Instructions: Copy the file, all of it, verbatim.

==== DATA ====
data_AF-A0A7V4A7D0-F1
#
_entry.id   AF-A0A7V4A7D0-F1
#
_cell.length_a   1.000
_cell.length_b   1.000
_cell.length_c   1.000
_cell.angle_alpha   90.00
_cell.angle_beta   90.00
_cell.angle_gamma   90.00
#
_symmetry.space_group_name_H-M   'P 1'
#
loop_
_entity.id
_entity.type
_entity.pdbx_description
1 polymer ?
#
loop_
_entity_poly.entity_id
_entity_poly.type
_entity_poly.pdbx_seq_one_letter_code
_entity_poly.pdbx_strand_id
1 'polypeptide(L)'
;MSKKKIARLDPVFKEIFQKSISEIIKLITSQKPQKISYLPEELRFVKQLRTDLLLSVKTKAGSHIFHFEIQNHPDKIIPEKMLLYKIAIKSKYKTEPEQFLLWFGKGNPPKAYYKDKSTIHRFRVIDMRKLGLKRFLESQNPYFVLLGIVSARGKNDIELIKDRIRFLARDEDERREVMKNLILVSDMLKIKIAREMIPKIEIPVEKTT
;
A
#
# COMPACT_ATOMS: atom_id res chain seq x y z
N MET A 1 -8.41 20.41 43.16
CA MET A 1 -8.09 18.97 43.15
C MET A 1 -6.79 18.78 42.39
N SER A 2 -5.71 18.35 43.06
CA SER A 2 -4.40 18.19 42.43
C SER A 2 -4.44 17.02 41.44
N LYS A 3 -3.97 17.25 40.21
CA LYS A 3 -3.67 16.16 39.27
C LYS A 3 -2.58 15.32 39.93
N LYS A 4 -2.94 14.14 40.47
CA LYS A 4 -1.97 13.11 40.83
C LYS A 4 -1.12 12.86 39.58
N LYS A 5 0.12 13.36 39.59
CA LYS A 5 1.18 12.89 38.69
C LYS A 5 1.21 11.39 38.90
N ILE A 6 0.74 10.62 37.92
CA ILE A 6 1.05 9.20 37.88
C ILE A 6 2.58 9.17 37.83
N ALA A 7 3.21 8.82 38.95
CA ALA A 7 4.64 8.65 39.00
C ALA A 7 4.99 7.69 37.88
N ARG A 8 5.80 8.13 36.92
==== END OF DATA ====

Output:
data_AF-A0A7V4A7D0-F1
#
_entry.id   AF-A0A7V4A7D0-F1
#
_cell.length_a   1.000
_cell.length_b   1.000
_cell.length_c   1.000
_cell.angle_alpha   90.00
_cell.angle_beta   90.00
_cell.angle_gamma   90.00
#
_symmetry.space_group_name_H-M   'P 1'
#
loop_
_entity.id
_entity.type
_entity.pdbx_description
1 polymer ?
#
loop_
_entity_poly.entity_id
_entity_poly.type
_entity_poly.pdbx_seq_one_letter_code
_entity_poly.pdbx_strand_id
1 'polypeptide(L)'
;MSKKKIARLDPVFKEIFQKSISEIIKLITSQKPQKISYLPEELRFVKQLRTDLLLSVKTKAGSHIFHFEIQNHPDKIIPEKMLLYKIAIKSKYKTEPEQFLLWFGKGNPPKAYYKDKSTIHRFRVIDMRKLGLKRFLESQNPYFVLLGIVSARGKNDIELIKDRIRFLARDEDERREVMKNLILVSDMLKIKIAREMIPKIEIPVEKTT
;
A
#
# COMPACT_ATOMS: atom_id res chain seq x y z
N MET A 1 -8.41 20.41 43.16
CA MET A 1 -8.09 18.97 43.15
C MET A 1 -6.79 18.78 42.39
N SER A 2 -5.71 18.35 43.06
CA SER A 2 -4.40 18.19 42.43
C SER A 2 -4.44 17.02 41.44
N LYS A 3 -3.97 17.25 40.21
CA LYS A 3 -3.67 16.16 39.27
C LYS A 3 -2.58 15.32 39.93
N LYS A 4 -2.94 14.14 40.47
CA LYS A 4 -1.97 13.11 40.83
C LYS A 4 -1.12 12.86 39.58
N LYS A 5 0.12 13.36 39.59
CA LYS A 5 1.18 12.89 38.69
C LYS A 5 1.21 11.39 38.90
N ILE A 6 0.74 10.62 37.92
CA ILE A 6 1.05 9.20 37.88
C ILE A 6 2.58 9.17 37.83
N ALA A 7 3.21 8.82 38.95
CA ALA A 7 4.64 8.65 39.00
C ALA A 7 4.99 7.69 37.88
N ARG A 8 5.80 8.13 36.92